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New Member

Bandwidth Division inside a LAN

Hi All,

Is is possible to divide bandwidth equally, say between four depts in a office, using any of the catalyst switches like 3500.

in short can we implement Qos on switches.

Super Bronze

Re: Bandwidth Division inside a LAN

Many advanced Cataylst switches support some QoS features, but features vary much by platform (and sometimes IOS image).

Unclear exactly what you mean by "to divide bandwidth equally". Assuming your four depts. have equal access to the bandwidth, you could condsider that equal division. Or, you might limit each dept. to 1/4 total bandwidth (which precludes each dept. from using otherwise unused bandwidth). Or, you might distribute your four depts.' traffic to four queues and dequeue each equally (this would better balance traffic that tends to conflict, such as TCP vs. non-TCP).

Again, QoS features vary much by platform. For the 2900 XL and 3500 XL, in their latest software config. guide, found this:

Quality of Service and Class of Service

•IEEE 802.1p class of service (CoS) with two priority queues on the switch 10/100 and LRE ports and eight priority queues on the Gigabit ports for prioritizing mission-critical and time-sensitive traffic from data, voice, and telephony applications

•Voice VLAN (VVID) for creating subnets for voice traffic from Cisco IP Phones

More information about QoS on this switch can be found here:



If the switch was a 3550, it's QoS is more featured. See:

New Member

Re: Bandwidth Division inside a LAN

Thanks a lot for the reply, the link posted has lot of gud info about Qos. I said "to divide bandwidth equally" because our company would be getting 8mb of internet b/w and dividing it equally among the four detps. the policy should be that the dept. use more than 2mb only if the b/w is available and not otherwise

Super Bronze

Re: Bandwidth Division inside a LAN

Ah, for Internet bandwidth, you can often well (or better) control outbound traffic, especially if you use a router (or some of the MetroE switches), but inbound bandwidth control, even on routers, isn't too great unless you determine QoS on the other side of the Internet link (i.e. the ISP side).

If the inbound bandwidth control is important to you, and you're limited to just your side of the Internet link, don't believe any of the current Cisco products will fully satisfy. Some 3rd party products might for TCP, like Packeteer's, but non-TCP traffic is still a problem.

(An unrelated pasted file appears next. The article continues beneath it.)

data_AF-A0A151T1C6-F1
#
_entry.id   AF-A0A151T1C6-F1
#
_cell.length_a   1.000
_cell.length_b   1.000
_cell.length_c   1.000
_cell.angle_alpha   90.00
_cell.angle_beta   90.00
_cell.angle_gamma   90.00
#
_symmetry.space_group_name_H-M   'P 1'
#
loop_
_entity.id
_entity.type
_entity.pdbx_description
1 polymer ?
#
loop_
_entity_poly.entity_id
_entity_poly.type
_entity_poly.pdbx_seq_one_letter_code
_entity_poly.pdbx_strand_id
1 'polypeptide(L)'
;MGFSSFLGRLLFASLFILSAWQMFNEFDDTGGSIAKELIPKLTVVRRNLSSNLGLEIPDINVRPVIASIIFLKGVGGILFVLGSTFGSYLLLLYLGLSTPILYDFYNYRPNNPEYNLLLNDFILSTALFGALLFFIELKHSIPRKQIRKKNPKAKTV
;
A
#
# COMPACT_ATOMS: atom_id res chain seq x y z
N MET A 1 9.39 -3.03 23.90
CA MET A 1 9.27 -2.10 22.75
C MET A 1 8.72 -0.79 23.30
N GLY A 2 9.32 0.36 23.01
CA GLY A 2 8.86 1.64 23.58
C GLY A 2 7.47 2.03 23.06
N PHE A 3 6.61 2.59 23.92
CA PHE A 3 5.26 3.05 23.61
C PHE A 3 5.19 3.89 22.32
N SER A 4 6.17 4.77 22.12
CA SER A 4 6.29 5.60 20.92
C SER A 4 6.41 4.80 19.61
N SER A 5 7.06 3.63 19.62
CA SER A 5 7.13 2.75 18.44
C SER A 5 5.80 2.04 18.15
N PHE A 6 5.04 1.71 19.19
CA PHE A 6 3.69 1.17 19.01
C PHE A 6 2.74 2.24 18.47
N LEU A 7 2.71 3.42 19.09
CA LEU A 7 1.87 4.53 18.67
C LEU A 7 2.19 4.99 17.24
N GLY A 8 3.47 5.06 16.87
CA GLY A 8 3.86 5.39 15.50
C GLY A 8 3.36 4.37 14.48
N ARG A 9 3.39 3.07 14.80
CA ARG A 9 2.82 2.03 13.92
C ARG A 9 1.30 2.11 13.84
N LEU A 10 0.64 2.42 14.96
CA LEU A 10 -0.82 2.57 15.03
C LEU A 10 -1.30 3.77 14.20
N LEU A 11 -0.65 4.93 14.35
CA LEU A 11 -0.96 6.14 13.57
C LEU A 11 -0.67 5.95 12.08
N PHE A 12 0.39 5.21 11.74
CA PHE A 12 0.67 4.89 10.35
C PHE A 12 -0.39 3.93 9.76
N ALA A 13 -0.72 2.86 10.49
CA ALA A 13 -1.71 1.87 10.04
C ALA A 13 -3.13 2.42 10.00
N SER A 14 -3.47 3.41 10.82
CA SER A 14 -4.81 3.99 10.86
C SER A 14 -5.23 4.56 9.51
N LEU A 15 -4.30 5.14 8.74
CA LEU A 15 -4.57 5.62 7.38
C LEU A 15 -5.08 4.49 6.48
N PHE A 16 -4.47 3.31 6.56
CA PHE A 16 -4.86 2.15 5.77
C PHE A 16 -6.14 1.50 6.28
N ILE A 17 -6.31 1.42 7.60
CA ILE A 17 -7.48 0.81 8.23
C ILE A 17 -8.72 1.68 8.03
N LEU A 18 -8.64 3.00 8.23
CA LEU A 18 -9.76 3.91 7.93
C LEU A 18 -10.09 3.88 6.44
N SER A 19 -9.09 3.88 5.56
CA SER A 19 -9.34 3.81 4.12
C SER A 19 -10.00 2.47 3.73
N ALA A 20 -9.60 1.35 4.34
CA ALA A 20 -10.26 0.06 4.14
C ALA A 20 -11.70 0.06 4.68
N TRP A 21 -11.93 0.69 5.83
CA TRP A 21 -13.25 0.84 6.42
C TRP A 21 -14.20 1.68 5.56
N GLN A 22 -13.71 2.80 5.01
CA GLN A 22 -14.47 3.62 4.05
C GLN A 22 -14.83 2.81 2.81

New Member

Re: Bandwidth Division inside a LAN

please see the n/w diagram of our office. The internet b/w is available at the earth station and the H.O is connected to it via a microwave link. H.O uses the b/w of the earth station. Recently there has been lot of fuss about the speed and latency issues and one depts blaming each other for "misusing" b/w Now the company wants to have a separate links(both at earth station- e.s) for the e.s and the H.O. The E.S would be getting 4mb link and the H.O would be getting 8mb this 8mb has to be divided equally among the detps so that no one complains that the other is getting more b/w. That's y we r planning to implement QoS on the LAN. Are there any other ways by which we can control b/w usages by the depts.

Can you please elaborate when you say

"unless you determine QoS on the other side of the Internet link (i.e. the ISP side)."

Super Bronze

Re: Bandwidth Division inside a LAN

"Are there any other ways by which we can control b/w usages by the depts."

Again, depends on the platforms involved, and a 3500 is far from ideal. It also depends on where the congestion issues is, i.e. the link to/from your ISP or across the microwave link. With the right platform the microwave link would be easy to manage.

If you control the router shown on your diagram that connects to the ISP, again depending on your platform and IOS, you might have something like:

policy-map CBWFQ

class default-class



policy-map CBWFQ

class deptA

bandwidth percent 20

class deptB

bandwidth percent 10

interface (WAN link to ISP; or microwave outbound)

service-policy outbound CBWFQ

Inbound you're very limited to what you can effectively do (well). Beside looking at different links (which might still benefit from the above for your microwave links), 3rd party products, like Packeteer's, can better influence inbound TCP traffic.

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